48.42(4)(b)4.a. a. The name of the party or parties to whom notice is being given;
48.42(4)(b)4.b. b. A description of the party or parties;
48.42(4)(b)4.c. c. The former address of the party or parties;
48.42(4)(b)4.d. d. The approximate date and place of conception of the child; and
48.42(4)(b)4.e. e. The date and place of birth of the child.
48.42(4)(b)5. 5. The notice shall not include the name of the mother unless the mother consents. The notice shall not include the name of the child unless the court finds that inclusion of the child's name is essential to give effective notice to the father.
48.42(4)(c) (c) The notice under par. (a) or (b) shall also inform the parties:
48.42(4)(c)1. 1. That the parental rights of a parent or alleged parent who fails to appear may be terminated;
48.42(4)(c)2. 2. Of the party's right to have an attorney present and that if a person desires to contest termination of parental rights and believes that he or she cannot afford an attorney, the person may ask the state public defender to represent him or her; and
48.42(4)(c)3. 3. That if the court terminates parental rights, a notice of intent to pursue relief from the judgment must be filed in the trial court within 30 days after judgment is entered for the right to pursue such relief to be preserved.
48.42(5) (5)Penalty. Any person who knowingly and willfully makes or causes to be made any false statement or representation of a material fact in the course of a proceeding under this section with an intent to deceive or mislead the court for the purpose of preventing a person who is entitled to receive notice of a proceeding under this section from receiving notice may be fined not more than $10,000 or imprisoned for not more than 9 months, or both. It is not a violation of this subsection for a person to refuse to make a statement or representation of material fact in the course of a proceeding under this section for the purpose of preventing a person who is entitled to receive notice of a proceeding under this section from receiving notice if, at the time of the refusal, the person stated that he or she feared that making such a statement or representation would place the person or another person at risk of domestic abuse, as defined in s. 813.12 (1) (am), or abuse, as defined in s. 813.122 (1) (a), and if the person proves that he or she refused to make such a statement or representation because of a recent overt act, attempt, or threat that caused him or her reasonably to believe that refusing to make such a statement or representation was the only means of preventing domestic abuse, as defined in s. 813.12 (1) (am), or abuse, as defined in s. 813.122 (1) (a), to himself or herself or to another.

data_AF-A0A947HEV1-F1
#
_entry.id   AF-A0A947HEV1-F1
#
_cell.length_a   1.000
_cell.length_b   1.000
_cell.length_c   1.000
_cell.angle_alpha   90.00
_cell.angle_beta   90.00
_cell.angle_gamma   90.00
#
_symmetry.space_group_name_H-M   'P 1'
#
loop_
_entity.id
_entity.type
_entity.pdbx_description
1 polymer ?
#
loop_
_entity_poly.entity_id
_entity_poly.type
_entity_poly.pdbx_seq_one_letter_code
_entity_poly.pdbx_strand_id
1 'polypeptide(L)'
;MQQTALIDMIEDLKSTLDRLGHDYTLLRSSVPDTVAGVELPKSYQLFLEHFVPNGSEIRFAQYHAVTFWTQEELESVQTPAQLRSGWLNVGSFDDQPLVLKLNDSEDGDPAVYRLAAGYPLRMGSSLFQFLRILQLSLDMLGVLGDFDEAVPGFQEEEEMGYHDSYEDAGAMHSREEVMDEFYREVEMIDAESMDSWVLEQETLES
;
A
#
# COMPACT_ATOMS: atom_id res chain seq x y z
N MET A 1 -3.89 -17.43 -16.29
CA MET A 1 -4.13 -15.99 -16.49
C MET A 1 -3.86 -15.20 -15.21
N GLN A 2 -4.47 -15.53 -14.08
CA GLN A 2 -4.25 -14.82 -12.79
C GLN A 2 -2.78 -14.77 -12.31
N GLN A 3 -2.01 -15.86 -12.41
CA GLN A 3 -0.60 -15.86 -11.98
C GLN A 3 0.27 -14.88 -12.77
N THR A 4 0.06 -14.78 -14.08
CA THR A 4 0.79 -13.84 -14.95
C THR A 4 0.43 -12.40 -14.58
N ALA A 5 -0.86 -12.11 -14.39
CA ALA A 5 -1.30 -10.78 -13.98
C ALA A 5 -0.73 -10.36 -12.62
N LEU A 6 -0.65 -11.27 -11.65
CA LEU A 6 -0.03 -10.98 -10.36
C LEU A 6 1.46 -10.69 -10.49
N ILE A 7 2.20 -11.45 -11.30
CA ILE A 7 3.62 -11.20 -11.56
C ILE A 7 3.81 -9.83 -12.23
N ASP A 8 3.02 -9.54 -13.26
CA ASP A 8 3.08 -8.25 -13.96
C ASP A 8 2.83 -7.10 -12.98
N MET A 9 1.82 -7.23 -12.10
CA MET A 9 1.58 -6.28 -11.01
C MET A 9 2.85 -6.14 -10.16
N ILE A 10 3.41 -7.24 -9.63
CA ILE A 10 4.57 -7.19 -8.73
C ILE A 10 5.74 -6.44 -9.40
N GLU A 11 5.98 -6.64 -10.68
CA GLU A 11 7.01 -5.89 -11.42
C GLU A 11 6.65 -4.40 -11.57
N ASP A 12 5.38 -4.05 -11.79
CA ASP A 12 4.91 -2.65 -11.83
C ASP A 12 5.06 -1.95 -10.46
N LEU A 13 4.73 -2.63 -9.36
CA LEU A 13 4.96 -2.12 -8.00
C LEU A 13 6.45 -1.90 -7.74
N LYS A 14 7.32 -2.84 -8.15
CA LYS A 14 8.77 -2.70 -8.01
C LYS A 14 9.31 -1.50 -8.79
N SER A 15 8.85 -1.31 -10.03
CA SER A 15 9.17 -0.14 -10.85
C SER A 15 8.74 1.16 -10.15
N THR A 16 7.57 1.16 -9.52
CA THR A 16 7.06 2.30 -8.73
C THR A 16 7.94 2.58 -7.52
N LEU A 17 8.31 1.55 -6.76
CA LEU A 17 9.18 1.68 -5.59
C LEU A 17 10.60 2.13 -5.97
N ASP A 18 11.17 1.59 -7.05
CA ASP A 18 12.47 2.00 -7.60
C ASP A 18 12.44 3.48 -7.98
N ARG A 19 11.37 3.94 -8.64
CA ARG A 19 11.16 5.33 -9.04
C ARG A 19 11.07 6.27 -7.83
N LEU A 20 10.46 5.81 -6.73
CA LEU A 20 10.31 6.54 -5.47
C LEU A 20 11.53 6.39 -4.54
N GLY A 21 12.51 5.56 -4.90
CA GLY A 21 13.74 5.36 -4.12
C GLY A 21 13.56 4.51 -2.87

Effective date note Judicial Council Note, 1986: Subs. (3) (d) and (4) (c) are amended to require notice to the parties of the time and manner for initiating an appeal from a judgment terminating parental rights. [Re Order eff. 7-1-87]
48.42 Annotation Guardianship and TPR proceedings are custody proceedings, guardianship and TPR determinations are custody determinations, and guardianship and TPR determinations are custody decrees, all governed by ch. 822. In Interest of A.E.H. 161 Wis. 2d 277, 468 N.W.2d 190 (1991).
48.42 Annotation Sub. (2m) denies a putative father standing to contest the alleged grounds for termination when the child was conceived as the result of sexual assault. Termination of Parental Rights to A. M. 176 Wis. 2d 673, 500 N.W.2d 649 (1993).
48.42 Annotation Sub. (2) (d) requires consideration in each case of whether ch. 822 applies but does not require the application of ch. 822 to intrastate cases. In Interest of Brandon S.S. 179 Wis. 2d 114, 507 N.W.2d 94 (1993).
48.42 Annotation Sub. (2) is the exclusive statute for determining what parties may be summoned; intervention under s. 803.09 does not apply. In Interest of Brandon S.S. 179 Wis. 2d 114, 507 N.W.2d 94 (1993).
48.42 Annotation Sexual assault under sub. (2m) does not include a violation of s. 948.09, sexual intercourse with a child age 16 or older. Paternity of Michael A.T. 182 Wis. 2d 395, 513 N.W.2d 669 (Ct. App. 1994).
48.42 Annotation The doctrines of claims and issue preclusion may apply in TPR cases. Brown County Department of Human Services v. Terrance M. 2005 WI App 57, 280 Wis. 2d 396, 694 N.W.2d 458, 04-2379.